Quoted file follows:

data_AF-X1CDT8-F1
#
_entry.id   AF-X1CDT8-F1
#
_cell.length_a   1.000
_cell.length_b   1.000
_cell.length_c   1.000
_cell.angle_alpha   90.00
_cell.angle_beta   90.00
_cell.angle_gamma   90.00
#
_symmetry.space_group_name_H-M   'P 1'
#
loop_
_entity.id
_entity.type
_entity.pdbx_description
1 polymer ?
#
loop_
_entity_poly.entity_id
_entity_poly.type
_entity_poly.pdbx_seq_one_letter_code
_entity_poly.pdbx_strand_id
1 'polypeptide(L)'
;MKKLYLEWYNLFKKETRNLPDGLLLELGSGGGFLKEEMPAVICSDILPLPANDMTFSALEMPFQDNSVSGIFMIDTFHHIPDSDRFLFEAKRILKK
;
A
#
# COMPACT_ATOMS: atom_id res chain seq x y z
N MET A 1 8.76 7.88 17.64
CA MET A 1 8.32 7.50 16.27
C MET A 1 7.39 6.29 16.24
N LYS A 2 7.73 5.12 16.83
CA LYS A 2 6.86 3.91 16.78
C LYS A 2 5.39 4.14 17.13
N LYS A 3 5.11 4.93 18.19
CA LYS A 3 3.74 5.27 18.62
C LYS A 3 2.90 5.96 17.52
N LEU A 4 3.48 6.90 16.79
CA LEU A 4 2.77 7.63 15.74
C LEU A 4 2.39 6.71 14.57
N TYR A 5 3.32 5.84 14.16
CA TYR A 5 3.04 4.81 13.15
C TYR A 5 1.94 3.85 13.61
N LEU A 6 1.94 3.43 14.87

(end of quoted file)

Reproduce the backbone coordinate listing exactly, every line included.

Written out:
data_AF-X1CDT8-F1
#
_entry.id   AF-X1CDT8-F1
#
_cell.length_a   1.000
_cell.length_b   1.000
_cell.length_c   1.000
_cell.angle_alpha   90.00
_cell.angle_beta   90.00
_cell.angle_gamma   90.00
#
_symmetry.space_group_name_H-M   'P 1'
#
loop_
_entity.id
_entity.type
_entity.pdbx_description
1 polymer ?
#
loop_
_entity_poly.entity_id
_entity_poly.type
_entity_poly.pdbx_seq_one_letter_code
_entity_poly.pdbx_strand_id
1 'polypeptide(L)'
;MKKLYLEWYNLFKKETRNLPDGLLLELGSGGGFLKEEMPAVICSDILPLPANDMTFSALEMPFQDNSVSGIFMIDTFHHIPDSDRFLFEAKRILKK
;
A
#
# COMPACT_ATOMS: atom_id res chain seq x y z
N MET A 1 8.76 7.88 17.64
CA MET A 1 8.32 7.50 16.27
C MET A 1 7.39 6.29 16.24
N LYS A 2 7.73 5.12 16.83
CA LYS A 2 6.86 3.91 16.78
C LYS A 2 5.39 4.14 17.13
N LYS A 3 5.11 4.93 18.19
CA LYS A 3 3.74 5.27 18.62
C LYS A 3 2.90 5.96 17.52
N LEU A 4 3.48 6.90 16.79
CA LEU A 4 2.77 7.63 15.74
C LEU A 4 2.39 6.71 14.57
N TYR A 5 3.32 5.84 14.16
CA TYR A 5 3.04 4.81 13.15
C TYR A 5 1.94 3.85 13.61
N LEU A 6 1.94 3.43 14.87